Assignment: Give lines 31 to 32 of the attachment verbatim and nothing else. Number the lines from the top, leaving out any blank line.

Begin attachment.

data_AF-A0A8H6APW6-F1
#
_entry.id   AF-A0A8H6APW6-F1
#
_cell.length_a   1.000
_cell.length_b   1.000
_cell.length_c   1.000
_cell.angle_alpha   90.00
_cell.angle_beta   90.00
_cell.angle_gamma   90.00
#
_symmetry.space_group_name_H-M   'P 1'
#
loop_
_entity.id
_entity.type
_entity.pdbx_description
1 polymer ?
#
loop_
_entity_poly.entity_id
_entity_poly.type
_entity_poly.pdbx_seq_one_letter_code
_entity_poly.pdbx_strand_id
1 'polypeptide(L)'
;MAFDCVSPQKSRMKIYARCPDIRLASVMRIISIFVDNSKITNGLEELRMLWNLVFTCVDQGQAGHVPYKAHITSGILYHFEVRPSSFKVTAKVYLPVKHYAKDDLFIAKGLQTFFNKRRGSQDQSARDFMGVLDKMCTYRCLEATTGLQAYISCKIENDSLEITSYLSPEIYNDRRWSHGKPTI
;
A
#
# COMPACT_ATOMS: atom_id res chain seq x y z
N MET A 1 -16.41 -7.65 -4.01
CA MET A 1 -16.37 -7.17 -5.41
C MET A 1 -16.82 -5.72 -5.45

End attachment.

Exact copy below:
N MET A 1 -16.41 -7.65 -4.01
CA MET A 1 -16.37 -7.17 -5.41